Too little vitamin D may hinder recovery of injured corneas

July 24, 2017
This is Dr. Mitchell Watsky, dean of The Graduate School at Augusta University and professor in the Department of Cellular Biology and Anatomy at the Medical College of Georgia. Credit: Phil Jones

Injury or disease in combination with too little vitamin D can be bad for the window to your eyes.

The three-layer, transparent cornea at the front of the eyes focuses the light coming in. But its prominent position also puts it at risk for injury from an errant mascara wand or over-prodding finger or a car accident.

Scientists exploring the role of D in the cornea in both sickness and health hypothesize that too little vitamin D can significantly hamper the cornea's recovery in these scenarios.

"We don't think low vitamin D by itself causes problems; what we think is if you have an underlying problem, then low vitamin D levels can become an issue," says Dr. Mitchell Watsky, dean of The Graduate School at Augusta University and professor in the Department of Cellular Biology and Anatomy at the Medical College of Georgia.

"Our hypothesis is that low vitamin D makes other conditions worse, essentially," says the physiologist, cell biologist and vision scientist. Watsky just received a $1.6 million grant from the National Eye Institute to see if he and his research team can shed more light on their theory.

They are looking at healing rates from small scratches like we might make with our fingernail, in both normal as well as diabetic mice who also are missing their vitamin D receptor, and examining any physical changes to the cornea.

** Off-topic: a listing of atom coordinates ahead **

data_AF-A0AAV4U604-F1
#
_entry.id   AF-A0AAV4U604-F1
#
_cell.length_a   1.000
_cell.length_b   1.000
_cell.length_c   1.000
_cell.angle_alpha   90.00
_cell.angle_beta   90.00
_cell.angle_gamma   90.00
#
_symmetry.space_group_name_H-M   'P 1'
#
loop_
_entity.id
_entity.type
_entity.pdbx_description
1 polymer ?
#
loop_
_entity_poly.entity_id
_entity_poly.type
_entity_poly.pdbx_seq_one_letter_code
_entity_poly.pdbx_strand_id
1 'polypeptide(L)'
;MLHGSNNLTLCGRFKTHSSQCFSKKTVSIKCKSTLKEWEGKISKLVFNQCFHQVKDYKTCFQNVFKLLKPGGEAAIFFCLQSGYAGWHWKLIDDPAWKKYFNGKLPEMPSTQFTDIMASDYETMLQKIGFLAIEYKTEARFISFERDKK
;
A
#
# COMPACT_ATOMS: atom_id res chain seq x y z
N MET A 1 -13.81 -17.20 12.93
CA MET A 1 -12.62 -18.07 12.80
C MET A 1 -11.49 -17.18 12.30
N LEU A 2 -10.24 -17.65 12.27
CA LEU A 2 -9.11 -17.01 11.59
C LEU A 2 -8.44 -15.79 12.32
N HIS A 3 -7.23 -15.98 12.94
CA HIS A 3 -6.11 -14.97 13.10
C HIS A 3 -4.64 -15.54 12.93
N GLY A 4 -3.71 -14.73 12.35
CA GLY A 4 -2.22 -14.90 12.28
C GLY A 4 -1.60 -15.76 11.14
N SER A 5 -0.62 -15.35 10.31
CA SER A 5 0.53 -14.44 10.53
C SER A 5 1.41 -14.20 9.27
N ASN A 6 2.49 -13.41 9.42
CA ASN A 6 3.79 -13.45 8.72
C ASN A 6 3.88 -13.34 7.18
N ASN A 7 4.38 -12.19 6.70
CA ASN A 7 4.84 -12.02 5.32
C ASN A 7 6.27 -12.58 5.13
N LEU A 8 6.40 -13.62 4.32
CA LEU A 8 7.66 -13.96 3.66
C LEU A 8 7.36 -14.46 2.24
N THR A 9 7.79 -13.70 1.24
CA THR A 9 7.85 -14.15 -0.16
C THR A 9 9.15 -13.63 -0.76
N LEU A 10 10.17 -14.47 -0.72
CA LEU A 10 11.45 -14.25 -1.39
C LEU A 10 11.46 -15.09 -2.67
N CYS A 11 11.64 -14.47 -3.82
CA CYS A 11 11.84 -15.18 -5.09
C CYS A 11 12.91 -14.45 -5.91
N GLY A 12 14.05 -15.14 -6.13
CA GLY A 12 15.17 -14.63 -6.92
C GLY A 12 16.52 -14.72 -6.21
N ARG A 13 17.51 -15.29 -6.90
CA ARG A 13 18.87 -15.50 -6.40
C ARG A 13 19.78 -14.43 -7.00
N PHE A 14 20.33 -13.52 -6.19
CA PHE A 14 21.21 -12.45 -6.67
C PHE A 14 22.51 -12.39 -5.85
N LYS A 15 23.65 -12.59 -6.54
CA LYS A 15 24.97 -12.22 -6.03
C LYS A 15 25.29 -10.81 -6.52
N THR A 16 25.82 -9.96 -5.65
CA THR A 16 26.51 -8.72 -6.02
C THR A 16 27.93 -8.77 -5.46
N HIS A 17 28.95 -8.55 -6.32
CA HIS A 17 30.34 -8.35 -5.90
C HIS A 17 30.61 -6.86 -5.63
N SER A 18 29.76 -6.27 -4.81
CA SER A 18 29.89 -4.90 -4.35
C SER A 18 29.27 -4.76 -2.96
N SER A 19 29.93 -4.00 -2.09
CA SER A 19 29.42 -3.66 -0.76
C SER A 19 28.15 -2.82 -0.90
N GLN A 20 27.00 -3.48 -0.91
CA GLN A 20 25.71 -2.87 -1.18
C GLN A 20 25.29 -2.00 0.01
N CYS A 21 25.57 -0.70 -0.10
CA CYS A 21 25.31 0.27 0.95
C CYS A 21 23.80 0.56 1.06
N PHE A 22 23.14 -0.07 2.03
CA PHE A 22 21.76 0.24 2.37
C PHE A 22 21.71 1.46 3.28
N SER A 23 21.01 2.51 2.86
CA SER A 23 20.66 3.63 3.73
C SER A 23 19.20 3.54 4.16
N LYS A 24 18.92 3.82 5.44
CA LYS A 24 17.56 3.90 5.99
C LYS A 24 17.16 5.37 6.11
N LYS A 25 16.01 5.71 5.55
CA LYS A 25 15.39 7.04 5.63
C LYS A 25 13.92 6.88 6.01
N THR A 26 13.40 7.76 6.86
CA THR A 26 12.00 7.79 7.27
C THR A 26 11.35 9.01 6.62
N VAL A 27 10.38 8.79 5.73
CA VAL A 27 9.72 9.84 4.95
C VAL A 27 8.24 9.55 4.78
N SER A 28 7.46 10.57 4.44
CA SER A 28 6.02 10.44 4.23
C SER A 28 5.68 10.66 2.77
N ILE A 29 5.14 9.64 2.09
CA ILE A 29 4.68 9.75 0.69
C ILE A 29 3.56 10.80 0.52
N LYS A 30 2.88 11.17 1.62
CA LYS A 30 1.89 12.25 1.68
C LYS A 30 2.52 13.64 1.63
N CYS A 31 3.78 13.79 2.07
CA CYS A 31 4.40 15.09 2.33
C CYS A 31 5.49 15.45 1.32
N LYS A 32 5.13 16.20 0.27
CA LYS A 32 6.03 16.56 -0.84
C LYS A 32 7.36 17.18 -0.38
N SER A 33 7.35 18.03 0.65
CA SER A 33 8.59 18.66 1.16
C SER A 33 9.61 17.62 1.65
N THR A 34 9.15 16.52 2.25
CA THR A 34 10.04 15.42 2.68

Watsky's research team has shown that a corneal wound takes much longer to heal in mice just missing the vitamin D receptor. "That leads us to hypothesize that vitamin D is stimulatory for wound healing," Watsky says. Now they are adding diabetes, which often has corneal complications, to the equation.

They also want to know more about which forms of vitamin D are active in the cornea. They have emerging evidence that 24,25D, long considered an inactive metabolite of the vitamin, is present in high levels and may be important. They are looking to see what the metabolite does to the cell proliferation and migration needed for proper wound healing. They also want to know how 24,25D works because they have evidence it just may not be through the usual vitamin D receptors.

His research team has found one thing vitamin D does in health is improve cell communication. The cytoplasm holds most of the cell's content. Although it's about 90 percent water, it's where most of the action happens, like cell division. Things like sugars, amino acids, proteins and vitamins tend to be found in this major cell component. Between corneal cells is a tunnel-like protein where they can swap cytoplasm contents and communicate, which enables homeostasis.

"It's like a tunnel with a green and red light," Watsky says. Interestingly, when there is a corneal injury, affected cells immediately shut down these gap junctions in an apparent attempt to protect nearby cells, then reconnect if/when the cells recover.